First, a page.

Why I Decided Against A Component Library
Read time: 2 min.
Sometimes the right path is not the easiest
Early on in the development cycle of this blog I was still deciding between using a fully featured component library and rolling my own. I had used in the past on an Angular project and been quite happy with the results. It handed me beautiful, fully accessible components on a platter. It worked well for the project it was used in because I had to implement a ton of backend and frontend infrastructure logic on my own. I did not have the time to also roll my own library of front-end components for that project.
I knew that for my personal development blog I was going to want more customization over the look and feel of every component and that Material Design was to strict in the constraints provided to implement what I wanted to. This lead me to do lots of research and testing on component libraries that claimed to be less constrained. I finally landed on . During the first week of writing the infrastructure for this blog I thought that I had found the holy grail. A component library which was not only using but fully encouraged the use of it to the extent that they require you install @emotion/styled as a primary dependency with your project. This was a sign to me that I could completely re-style the components included in the library and not have to worry about making sure they were bullet proof in the accessibility department.
...Fail Fast, Fail Often...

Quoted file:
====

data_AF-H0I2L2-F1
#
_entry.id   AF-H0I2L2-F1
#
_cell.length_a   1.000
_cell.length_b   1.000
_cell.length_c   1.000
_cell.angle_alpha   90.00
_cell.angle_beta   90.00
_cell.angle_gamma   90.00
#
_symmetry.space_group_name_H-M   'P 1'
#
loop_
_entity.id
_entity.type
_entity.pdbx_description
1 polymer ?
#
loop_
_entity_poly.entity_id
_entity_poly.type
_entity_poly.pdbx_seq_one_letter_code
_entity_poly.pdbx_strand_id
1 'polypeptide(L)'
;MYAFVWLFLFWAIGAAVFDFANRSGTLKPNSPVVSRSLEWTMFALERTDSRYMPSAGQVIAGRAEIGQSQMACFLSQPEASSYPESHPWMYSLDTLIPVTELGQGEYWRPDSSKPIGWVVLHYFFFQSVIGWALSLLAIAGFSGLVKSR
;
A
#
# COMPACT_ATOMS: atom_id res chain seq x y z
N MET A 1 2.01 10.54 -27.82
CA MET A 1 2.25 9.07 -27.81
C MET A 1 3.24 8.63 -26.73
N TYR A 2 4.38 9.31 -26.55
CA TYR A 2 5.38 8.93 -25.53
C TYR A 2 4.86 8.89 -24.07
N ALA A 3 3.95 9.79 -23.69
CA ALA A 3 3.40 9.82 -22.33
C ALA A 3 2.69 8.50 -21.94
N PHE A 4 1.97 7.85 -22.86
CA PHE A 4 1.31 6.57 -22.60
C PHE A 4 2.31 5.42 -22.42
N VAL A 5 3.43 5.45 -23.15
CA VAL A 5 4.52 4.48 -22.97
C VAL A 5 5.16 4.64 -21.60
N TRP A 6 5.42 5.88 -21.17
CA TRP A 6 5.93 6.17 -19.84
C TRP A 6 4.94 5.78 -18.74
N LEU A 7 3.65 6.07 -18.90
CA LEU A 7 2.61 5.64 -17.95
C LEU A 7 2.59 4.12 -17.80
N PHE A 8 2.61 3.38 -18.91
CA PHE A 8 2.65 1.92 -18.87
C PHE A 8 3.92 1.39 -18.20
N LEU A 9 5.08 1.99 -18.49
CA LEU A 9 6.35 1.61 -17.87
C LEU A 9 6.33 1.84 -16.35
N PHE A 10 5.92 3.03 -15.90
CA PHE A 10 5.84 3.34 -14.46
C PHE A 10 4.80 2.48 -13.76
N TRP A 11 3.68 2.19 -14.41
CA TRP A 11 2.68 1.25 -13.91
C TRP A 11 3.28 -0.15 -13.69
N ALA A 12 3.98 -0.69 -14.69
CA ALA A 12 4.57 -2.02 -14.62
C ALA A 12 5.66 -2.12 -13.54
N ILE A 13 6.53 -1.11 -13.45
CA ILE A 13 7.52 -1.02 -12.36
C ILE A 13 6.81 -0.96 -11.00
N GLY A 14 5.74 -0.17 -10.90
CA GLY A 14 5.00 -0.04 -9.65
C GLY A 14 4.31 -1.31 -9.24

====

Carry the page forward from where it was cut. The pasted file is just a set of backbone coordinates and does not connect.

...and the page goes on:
Fortunately I ran into my first issue using a @chakra-ui within a week of using it. The dreaded blue-outline...
As you can see in the image above, there is a bright blue outline on this simple icon button. It is a css-shadow property that shows up when the button is clicked or navigated to with the keyboard. I searched for 3-4 hours for a solution to the issue. It seemed like no matter what I did I could not get the color of the outline to change. My research unveiled that the outline is part of their accessibility design.
The very 2 problems I was trying to solve (full customization & accessibility) were now in conflict with each other because the component library I had chosen made a decision about the effects of style on accessibility. There were a couple of solutions floating around the web but they involved installing yet another dependency as well as disabling the outline entirely. What if I want an outline, but just a different color? Do I really want to track and manage yet another dependency just for the outline on some components?
It became clear to me that the simplest solution would be to implement my own component library from scratch in which I have full control over every pixel on screen. While this may seem daunting at first, and may take a little more time in the beginning of a project it will save countless hours of frustration in the future. There are certain problems for which accessibility is hard to implement, such as modals, tooltips, dropdowns, and tabs. The good news is that there are great libraries out there which solve these issues with ZERO design. They are called Headless UI component libraries. Two great ones are and